Mentions: Nanometallic thin films are insulator:metal atomic mixtures that exhibit thickness-dependent metal-insulator transitions, which can also be voltage-triggered allowing non-volatile RRAM. At small thickness less than the localization length of electrons in these random materials, metallic conduction is achieved at a metal composition well below the bulk percolation limit, which is a distinguishing feature of nanometallic materials82425. We fabricated nanometallic Si3N4:Cr films (10 nm thick) by co-sputtering Si3N4 and Cr onto unheated substrates using separate Si3N4 and Cr targets in a magnetron sputtering system at room temperature. As-fabricated devices (without forming) were nearly Ohmic-conducting. Under a voltage sweep, they exhibited bipolar switching behavior as shown in the I–V curve in Figure 3a obtained using the following voltage sweep: 0 V, to −12 V, to 10 V, to −12 V, and to 0 V. The initial sweep from 0 V to −12 V does not result in any sharp transition. Positive-voltage off-switching occurs at 8 V consuming ~250 mW, after that a non-Ohmic high resistance state (HRS), corresponding to F = 0, is reached. The HRS returns to the low resistance at −1 V, consuming ~30 μW during on-switching. In the above, power to operate the device was equated to the product of the applied voltage and current at the onset of switching. (This convention will be used throughout our work.) As shown in the inset of Figure 3a, from −12 V to 8 V the resistance (Rc+Rl) is flat, which will be referred to as plateau resistance to indicate no transition. This plateau-resistance state is actually one of the intermediate states with F <1. Note that the off-switching voltage in Figure 3a is relatively high signifying a relatively large Δ. This is caused by the very small Rc and large F, which was made possible according to Figure 2b by using a very large negative voltage limit (−12 V) during the negative sweep. Such high Δ and low Rc in turn raise P.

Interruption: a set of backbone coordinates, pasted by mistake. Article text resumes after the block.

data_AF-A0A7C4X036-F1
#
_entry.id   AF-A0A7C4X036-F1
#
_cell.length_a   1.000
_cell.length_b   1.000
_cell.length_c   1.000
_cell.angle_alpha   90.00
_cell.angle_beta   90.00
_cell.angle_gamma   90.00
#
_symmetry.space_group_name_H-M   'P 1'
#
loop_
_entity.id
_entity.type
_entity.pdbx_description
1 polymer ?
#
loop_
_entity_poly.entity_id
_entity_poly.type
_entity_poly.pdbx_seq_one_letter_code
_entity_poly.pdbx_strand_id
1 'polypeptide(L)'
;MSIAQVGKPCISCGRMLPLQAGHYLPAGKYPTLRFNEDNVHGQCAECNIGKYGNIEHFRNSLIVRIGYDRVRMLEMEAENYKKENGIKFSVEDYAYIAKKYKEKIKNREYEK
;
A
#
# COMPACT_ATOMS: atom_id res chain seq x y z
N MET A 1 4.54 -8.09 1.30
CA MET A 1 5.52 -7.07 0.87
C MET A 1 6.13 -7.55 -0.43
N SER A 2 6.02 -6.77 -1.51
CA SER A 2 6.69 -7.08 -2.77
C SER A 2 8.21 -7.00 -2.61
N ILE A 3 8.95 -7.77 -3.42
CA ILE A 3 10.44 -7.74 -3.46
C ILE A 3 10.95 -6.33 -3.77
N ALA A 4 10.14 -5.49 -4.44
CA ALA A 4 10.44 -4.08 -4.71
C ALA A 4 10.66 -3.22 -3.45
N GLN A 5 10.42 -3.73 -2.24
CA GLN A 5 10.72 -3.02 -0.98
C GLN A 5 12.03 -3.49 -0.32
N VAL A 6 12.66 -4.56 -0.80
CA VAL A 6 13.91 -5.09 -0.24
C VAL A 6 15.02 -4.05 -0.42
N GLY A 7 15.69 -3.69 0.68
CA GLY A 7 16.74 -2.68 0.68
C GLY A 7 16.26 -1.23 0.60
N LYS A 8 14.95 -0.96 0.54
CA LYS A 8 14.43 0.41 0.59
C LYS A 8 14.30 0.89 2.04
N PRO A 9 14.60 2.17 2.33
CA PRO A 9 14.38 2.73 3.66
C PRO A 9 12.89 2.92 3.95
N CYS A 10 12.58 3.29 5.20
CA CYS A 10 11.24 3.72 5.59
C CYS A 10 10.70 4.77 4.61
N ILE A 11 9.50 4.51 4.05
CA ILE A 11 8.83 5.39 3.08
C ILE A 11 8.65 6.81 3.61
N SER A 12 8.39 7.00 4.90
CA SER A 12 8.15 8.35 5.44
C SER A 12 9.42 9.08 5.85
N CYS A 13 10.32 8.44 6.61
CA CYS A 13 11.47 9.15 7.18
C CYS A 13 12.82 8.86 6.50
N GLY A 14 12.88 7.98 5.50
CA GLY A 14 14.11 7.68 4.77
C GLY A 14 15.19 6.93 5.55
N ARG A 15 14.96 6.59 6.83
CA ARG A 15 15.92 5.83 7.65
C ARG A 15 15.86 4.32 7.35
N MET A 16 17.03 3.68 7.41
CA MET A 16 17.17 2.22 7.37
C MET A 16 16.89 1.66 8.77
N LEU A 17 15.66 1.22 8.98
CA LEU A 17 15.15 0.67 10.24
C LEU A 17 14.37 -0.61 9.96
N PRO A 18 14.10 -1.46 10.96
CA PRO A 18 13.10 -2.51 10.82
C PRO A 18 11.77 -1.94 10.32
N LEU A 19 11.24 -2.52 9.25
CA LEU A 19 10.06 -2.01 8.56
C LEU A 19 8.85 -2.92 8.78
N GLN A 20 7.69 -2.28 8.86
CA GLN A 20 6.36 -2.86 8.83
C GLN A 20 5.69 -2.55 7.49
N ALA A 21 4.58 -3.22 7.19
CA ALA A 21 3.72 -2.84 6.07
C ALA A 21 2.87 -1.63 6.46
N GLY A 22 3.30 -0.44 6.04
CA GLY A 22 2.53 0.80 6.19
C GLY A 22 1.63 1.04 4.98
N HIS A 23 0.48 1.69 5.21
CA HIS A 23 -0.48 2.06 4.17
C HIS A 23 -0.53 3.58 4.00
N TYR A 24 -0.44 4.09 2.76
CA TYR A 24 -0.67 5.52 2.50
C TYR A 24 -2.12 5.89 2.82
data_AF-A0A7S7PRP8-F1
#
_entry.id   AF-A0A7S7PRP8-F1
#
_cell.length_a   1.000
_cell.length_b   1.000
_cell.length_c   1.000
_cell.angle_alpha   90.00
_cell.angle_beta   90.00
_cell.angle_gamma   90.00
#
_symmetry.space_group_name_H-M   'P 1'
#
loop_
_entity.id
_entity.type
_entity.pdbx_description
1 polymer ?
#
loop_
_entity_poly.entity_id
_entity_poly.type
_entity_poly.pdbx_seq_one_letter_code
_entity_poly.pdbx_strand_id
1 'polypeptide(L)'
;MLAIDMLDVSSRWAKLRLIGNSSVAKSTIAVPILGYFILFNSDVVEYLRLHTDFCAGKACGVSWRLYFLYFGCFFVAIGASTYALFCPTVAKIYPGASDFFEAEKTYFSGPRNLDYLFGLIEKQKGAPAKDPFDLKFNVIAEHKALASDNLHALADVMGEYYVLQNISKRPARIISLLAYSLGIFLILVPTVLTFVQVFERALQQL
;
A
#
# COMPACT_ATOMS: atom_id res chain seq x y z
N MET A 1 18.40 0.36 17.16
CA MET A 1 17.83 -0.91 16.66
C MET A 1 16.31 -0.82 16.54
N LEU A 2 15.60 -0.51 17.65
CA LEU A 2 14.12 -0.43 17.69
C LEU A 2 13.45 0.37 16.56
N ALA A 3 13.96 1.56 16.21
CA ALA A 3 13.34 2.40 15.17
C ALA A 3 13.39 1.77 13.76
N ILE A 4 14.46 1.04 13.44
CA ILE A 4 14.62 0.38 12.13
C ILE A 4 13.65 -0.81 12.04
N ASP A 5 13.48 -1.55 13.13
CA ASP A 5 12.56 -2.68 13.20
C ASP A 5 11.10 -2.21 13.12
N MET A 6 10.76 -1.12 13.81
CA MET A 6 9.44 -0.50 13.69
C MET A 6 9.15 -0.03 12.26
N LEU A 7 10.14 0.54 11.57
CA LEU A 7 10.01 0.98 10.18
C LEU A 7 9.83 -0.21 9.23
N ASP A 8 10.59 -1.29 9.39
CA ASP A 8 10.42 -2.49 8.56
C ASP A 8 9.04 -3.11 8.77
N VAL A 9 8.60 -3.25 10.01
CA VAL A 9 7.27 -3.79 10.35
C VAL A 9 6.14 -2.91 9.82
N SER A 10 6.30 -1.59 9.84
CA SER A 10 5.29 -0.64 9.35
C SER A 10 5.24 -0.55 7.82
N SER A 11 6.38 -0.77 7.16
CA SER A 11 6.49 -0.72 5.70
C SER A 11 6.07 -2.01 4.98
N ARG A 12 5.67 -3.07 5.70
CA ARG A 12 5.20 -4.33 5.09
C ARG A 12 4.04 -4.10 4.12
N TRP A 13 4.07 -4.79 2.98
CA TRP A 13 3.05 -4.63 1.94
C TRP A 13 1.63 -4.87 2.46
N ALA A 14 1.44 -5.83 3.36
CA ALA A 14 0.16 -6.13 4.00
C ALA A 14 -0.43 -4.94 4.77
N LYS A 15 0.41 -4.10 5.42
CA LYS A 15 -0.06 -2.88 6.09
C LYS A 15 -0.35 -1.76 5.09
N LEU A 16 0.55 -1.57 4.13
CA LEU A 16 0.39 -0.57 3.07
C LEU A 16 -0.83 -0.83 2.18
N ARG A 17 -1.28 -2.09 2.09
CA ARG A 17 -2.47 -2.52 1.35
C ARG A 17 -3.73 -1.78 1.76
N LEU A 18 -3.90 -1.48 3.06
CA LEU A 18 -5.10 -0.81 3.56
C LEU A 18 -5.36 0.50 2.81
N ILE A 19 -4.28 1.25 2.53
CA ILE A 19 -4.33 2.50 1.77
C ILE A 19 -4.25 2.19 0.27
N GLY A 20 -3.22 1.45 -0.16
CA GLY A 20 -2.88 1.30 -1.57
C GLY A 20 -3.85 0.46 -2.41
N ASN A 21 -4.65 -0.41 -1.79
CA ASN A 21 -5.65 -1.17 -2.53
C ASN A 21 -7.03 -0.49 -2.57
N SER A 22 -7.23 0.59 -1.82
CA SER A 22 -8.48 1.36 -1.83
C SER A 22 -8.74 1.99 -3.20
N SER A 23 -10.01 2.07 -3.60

Dynamic-load-enabled ultra-low power multiple-state RRAM devices.

Yang X, Chen IW - Sci Rep (2012)

(a) Characteristic I–V curve of nanometallic bipolar RRAM: on-switching under negative voltage, off-switching under positive voltage.On-switching progresses in multiple steps, suggesting possibility of multi-bit memory. Cell size: 100×100 μm2. Upper left inset: schematic of device. Lower right inset: R–V curve. (b) R–V curves for various negative voltage limits from −12 V to −2 V. Plateau resistance increases as negative voltage limit reduces, causing off-switching voltage to decrease. (c) Off-switching power vs. negative voltage limit, −Vmax, showing ~60× power reduction as −Vmax decreases from 12 V to 2 V. Inset: I–V curve for Vmax = −2 V. (d) Simulated R–V curves under different −Vmax using parallel circuit model in Figure 2(b). Percentage in the bracket shows different F at plateau resistance. Simulation parameters: Vc*(V) = ±(1.2±0.2), Rl(Ω) = 330, rL/A(Ω) = 90, , where V is voltage in volt.
© Copyright Policy - open-access
Related In: Results  -  Collection

License
Show All Figures
getmorefigures.php?uid=PMC3473363&req=5

f3: (a) Characteristic I–V curve of nanometallic bipolar RRAM: on-switching under negative voltage, off-switching under positive voltage.On-switching progresses in multiple steps, suggesting possibility of multi-bit memory. Cell size: 100×100 μm2. Upper left inset: schematic of device. Lower right inset: R–V curve. (b) R–V curves for various negative voltage limits from −12 V to −2 V. Plateau resistance increases as negative voltage limit reduces, causing off-switching voltage to decrease. (c) Off-switching power vs. negative voltage limit, −Vmax, showing ~60× power reduction as −Vmax decreases from 12 V to 2 V. Inset: I–V curve for Vmax = −2 V. (d) Simulated R–V curves under different −Vmax using parallel circuit model in Figure 2(b). Percentage in the bracket shows different F at plateau resistance. Simulation parameters: Vc*(V) = ±(1.2±0.2), Rl(Ω) = 330, rL/A(Ω) = 90, , where V is voltage in volt.